When I turned 24, my parents decided that it was time they made ‘arranging a daughter’s marriage’ their top goal in life. As with any arranged marriage in India, entire families were enlisted to convince me that it should be my top priority as well.
Although I was young, I knew that marriage would be a giant leap for me. It has always been thus for women – from moving into a new house and adjusting to a different environment, to changing her last name and finding her place in a new family; the institution of marriage was something not to be entered into lightly. I was not ready.
I managed to dodge and escape for a year and a half before I caved in. But I made it clear that I would not meet gazillion boys in the dance of acceptance/rejection that plays out in the arranged marriage system. No problem, my parents said, and created a profile for me on a matrimonial portal. I had complete freedom to screen and choose proposals based on my personal preferences. After scrolling through multiple profiles, Gaurav was the first boy whose digital proposal I accepted, and after two-three months of ‘courtship’ in the virtual world, we decided to tie the knot.
Although still sceptical of marriage, with both of us being based in India at the time of our engagement, we looked forward to the wedding, unaware of the change in dynamics that would occur in a few weeks. Gaurav was offered a job in Singapore, an offer that was too good to refuse. This added to my dilemma. I had not considered the possibility of leaving my full and fulfilling life behind to travel abroad to join my husband.
After the wedding, I chose to stay behind in Delhi, ostensibly to take care of pending matters. I had been working as a TV presenter at Doordarshan for the past three years and was on the cusp of a promotion. My second book ‘Saturated Agitation’ had recently been launched, and I was busy with book readings. I had just completed my Master’s degree in journalism and was waiting to collect my original mark sheet. I was teaching journalism as a part-time lecturer and was reluctant to abandon my students in the middle of the semester. One of my dogs had given birth to seven pups. The other one was sick.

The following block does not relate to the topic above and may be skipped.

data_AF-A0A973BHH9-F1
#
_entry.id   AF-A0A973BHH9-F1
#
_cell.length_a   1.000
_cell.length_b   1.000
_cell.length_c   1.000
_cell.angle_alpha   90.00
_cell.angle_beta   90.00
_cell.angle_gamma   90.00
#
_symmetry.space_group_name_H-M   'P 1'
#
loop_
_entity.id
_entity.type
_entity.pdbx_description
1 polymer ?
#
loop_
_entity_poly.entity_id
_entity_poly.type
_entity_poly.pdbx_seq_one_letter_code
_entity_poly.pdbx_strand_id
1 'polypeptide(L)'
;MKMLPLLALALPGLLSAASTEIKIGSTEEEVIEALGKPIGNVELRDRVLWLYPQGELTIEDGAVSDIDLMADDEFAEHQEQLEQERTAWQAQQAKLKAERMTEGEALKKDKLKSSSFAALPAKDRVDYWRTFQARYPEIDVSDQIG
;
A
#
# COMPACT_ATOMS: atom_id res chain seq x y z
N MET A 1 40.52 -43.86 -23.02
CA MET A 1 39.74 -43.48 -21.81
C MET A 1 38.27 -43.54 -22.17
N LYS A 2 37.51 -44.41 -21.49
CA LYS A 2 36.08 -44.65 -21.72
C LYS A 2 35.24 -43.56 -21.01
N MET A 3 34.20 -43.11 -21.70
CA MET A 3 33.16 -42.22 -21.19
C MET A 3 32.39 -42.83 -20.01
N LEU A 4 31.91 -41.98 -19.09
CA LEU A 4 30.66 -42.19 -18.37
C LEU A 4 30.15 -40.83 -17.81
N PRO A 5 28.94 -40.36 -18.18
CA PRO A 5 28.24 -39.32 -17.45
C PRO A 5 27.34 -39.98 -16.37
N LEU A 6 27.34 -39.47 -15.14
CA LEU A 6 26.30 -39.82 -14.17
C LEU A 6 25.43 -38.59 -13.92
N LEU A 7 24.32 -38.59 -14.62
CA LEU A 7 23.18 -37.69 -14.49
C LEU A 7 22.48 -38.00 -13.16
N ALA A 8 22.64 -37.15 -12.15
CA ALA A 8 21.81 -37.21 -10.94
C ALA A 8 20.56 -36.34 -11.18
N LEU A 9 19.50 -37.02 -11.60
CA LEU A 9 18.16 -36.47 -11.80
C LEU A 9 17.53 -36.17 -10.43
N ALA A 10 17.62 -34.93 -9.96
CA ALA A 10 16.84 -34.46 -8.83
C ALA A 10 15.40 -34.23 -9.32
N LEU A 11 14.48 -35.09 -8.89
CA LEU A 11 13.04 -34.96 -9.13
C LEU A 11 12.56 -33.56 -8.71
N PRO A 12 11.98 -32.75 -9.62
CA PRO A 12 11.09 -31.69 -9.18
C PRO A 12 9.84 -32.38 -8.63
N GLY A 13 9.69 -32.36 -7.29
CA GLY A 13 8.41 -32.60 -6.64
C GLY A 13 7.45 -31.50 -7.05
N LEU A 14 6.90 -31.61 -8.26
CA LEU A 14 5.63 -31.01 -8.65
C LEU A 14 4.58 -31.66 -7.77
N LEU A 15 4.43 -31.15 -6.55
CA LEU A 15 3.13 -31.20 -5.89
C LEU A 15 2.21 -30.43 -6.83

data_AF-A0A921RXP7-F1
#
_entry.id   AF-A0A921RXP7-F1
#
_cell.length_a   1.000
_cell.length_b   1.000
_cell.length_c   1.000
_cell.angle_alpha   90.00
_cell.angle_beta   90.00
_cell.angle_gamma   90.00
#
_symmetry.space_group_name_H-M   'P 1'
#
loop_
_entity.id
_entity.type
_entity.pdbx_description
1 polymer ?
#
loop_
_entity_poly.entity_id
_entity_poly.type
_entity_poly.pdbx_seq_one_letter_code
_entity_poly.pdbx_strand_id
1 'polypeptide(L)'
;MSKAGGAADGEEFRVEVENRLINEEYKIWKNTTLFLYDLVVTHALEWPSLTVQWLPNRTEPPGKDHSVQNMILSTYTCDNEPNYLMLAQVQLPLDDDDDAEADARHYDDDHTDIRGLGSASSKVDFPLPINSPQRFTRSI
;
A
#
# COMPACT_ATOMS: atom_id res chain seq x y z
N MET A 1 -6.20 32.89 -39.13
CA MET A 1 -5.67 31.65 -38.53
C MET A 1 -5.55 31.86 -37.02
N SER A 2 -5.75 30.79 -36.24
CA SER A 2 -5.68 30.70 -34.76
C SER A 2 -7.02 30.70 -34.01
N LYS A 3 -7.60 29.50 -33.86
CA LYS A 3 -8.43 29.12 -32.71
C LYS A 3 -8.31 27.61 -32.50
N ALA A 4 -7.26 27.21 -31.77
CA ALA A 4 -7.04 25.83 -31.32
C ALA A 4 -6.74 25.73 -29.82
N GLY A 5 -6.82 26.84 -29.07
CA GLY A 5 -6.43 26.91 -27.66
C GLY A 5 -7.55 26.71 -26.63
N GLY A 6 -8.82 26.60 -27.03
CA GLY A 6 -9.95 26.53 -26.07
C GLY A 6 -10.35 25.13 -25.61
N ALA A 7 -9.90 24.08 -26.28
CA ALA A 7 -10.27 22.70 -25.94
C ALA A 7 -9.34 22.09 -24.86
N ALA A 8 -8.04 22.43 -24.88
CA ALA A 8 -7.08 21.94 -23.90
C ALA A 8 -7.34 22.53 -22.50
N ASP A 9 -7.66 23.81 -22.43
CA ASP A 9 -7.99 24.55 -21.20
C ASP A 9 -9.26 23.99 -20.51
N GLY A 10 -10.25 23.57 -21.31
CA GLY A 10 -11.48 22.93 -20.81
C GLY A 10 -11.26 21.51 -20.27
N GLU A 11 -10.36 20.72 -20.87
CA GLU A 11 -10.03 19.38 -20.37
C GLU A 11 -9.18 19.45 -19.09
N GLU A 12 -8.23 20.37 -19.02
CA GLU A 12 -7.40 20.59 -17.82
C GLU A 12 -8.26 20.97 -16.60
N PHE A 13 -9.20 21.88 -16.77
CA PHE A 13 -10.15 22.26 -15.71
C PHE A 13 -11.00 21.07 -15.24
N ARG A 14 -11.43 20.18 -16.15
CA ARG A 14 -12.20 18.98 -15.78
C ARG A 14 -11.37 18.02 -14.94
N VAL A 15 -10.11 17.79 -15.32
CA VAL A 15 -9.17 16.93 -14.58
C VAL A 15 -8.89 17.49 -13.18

Nine months after my wedding, I kept adding more excuses to the already long list of valid reasons for me to linger in Delhi. Despite the distance, Gaurav was very considerate in not insisting that I move to Singapore. Was it because he was as tentative as me about our union? Things seemed fine during our occasional short meetings. We often connected over various digital devices and channels. But we did not share a home; we had no history together.
It is the month of August, the month of my husband’s birthday. This is his first birthday as my husband, and I do not want us speaking over flat screens. For some reason, I feel compelled to be with him; I want to make this day special. Is this love? I make plans and buy gifts. I am flying to Singapore tomorrow morning to see him. This is not a surprise visit because I cannot afford the risk of him being elsewhere if I arrive unannounced. I know that Gaurav has also made plans. We are both excited to see each other. It has been three months since our last rendezvous.
I pack my bags and layout my favourite white cotton Anarkali suit for the flight in the morning. I wash my face, kiss my pups and dogs good night, apply night cream and sleep.
I wake up with a mild sense of excitement when my alarm goes off at 4 in the morning. I have to leave home at 5:30 to reach the airport on time. I am getting ready, I sense a commotion outside our home, and the TV news confirms my misgivings.